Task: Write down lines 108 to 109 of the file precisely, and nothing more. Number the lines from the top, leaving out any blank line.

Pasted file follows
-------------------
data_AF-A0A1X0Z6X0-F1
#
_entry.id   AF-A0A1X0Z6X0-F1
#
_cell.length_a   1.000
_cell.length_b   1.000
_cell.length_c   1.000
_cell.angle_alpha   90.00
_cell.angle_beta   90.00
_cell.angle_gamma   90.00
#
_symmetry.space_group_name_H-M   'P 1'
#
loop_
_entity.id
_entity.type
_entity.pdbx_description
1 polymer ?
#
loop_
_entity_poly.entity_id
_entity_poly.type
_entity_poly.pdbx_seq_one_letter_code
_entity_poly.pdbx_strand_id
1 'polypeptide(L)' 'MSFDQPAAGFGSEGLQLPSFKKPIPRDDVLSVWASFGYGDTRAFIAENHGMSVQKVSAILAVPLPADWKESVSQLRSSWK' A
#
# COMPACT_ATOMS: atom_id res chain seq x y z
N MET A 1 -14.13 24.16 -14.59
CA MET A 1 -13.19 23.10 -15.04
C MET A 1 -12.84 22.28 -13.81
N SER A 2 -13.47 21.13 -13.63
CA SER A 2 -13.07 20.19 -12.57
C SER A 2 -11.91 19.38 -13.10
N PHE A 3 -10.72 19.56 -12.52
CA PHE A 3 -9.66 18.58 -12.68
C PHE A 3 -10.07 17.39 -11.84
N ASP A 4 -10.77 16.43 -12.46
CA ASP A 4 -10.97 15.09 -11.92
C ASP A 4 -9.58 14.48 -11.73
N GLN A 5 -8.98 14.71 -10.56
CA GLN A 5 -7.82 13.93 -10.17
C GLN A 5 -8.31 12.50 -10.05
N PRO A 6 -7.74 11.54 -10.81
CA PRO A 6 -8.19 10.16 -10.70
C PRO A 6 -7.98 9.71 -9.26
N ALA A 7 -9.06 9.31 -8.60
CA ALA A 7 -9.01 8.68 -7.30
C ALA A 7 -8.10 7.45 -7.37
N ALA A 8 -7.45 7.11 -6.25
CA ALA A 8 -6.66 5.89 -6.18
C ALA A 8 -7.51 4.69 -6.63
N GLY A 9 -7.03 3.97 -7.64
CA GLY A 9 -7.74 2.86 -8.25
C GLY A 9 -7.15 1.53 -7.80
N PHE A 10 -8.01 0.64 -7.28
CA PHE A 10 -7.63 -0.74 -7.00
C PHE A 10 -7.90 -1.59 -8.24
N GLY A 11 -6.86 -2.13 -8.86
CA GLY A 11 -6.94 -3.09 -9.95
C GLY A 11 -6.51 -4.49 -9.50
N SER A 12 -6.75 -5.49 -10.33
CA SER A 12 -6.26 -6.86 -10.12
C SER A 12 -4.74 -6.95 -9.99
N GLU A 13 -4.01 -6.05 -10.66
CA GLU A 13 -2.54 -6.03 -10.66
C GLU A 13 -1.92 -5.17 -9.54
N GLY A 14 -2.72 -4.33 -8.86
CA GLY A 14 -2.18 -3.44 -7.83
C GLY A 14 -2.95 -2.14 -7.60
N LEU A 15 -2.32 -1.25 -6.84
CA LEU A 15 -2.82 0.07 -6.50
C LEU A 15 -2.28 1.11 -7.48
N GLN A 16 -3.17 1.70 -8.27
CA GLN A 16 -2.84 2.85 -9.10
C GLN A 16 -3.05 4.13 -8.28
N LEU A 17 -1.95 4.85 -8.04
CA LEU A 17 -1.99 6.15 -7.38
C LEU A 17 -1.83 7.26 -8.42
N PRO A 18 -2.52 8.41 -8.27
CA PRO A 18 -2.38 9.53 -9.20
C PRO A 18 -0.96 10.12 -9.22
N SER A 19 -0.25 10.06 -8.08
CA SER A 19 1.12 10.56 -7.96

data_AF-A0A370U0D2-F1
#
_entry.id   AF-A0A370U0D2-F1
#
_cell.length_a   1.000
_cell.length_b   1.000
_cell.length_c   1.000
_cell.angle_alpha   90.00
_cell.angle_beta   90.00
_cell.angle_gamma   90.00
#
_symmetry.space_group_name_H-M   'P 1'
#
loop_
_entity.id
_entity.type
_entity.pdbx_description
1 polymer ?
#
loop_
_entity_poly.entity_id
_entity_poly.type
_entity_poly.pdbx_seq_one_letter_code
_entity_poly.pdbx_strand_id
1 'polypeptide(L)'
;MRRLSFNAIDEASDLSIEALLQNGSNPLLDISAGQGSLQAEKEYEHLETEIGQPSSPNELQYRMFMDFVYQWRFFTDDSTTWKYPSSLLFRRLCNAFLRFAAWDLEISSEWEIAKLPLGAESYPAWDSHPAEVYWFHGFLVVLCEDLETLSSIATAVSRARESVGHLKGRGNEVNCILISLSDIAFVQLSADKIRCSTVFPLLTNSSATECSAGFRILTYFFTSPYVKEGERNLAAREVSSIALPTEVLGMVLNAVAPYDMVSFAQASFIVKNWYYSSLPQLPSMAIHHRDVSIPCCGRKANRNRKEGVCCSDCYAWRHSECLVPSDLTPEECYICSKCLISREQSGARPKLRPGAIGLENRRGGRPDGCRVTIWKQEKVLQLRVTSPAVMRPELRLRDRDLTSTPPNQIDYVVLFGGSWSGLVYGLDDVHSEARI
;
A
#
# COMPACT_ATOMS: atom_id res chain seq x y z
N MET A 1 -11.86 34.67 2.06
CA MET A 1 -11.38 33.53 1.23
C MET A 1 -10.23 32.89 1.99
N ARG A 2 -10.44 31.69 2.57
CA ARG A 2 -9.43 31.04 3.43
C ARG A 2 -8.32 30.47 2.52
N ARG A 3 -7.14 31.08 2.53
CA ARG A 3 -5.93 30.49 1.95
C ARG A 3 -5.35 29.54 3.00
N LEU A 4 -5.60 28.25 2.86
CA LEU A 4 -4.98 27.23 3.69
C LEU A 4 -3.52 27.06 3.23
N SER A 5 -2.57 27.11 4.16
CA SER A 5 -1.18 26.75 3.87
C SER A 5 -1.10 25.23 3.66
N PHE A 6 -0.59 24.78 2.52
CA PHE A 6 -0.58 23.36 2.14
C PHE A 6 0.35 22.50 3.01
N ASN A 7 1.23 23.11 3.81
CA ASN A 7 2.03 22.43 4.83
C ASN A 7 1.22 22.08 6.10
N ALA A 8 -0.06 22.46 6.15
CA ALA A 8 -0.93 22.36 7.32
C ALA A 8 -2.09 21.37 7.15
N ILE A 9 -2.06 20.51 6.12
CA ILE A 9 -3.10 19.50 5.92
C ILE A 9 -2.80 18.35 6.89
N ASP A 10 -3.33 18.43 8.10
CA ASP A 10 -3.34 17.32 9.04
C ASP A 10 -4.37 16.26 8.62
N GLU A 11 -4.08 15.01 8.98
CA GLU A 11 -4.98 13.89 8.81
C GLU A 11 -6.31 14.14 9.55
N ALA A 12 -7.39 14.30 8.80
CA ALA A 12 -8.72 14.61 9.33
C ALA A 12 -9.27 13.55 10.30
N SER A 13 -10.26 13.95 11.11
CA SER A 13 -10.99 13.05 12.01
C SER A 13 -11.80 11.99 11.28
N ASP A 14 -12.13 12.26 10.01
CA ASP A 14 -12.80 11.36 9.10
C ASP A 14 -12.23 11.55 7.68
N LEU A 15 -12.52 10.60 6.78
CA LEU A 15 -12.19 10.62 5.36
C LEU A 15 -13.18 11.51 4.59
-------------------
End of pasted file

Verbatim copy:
1 'polypeptide(L)'
;MRRLSFNAIDEASDLSIEALLQNGSNPLLDISAGQGSLQAEKEYEHLETEIGQPSSPNELQYRMFMDFVYQWRFFTDDSTTWKYPSSLLFRRLCNAFLRFAAWDLEISSEWEIAKLPLGAESYPAWDSHPAEVYWFHGFLVVLCEDLETLSSIATAVSRARESVGHLKGRGNEVNCILISLSDIAFVQLSADKIRCSTVFPLLTNSSATECSAGFRILTYFFTSPYVKEGERNLAAREVSSIALPTEVLGMVLNAVAPYDMVSFAQASFIVKNWYYSSLPQLPSMAIHHRDVSIPCCGRKANRNRKEGVCCSDCYAWRHSECLVPSDLTPEECYICSKCLISREQSGARPKLRPGAIGLENRRGGRPDGCRVTIWKQEKVLQLRVTSPAVMRPELRLRDRDLTSTPPNQIDYVVLFGGSWSGLVYGLDDVHSEARI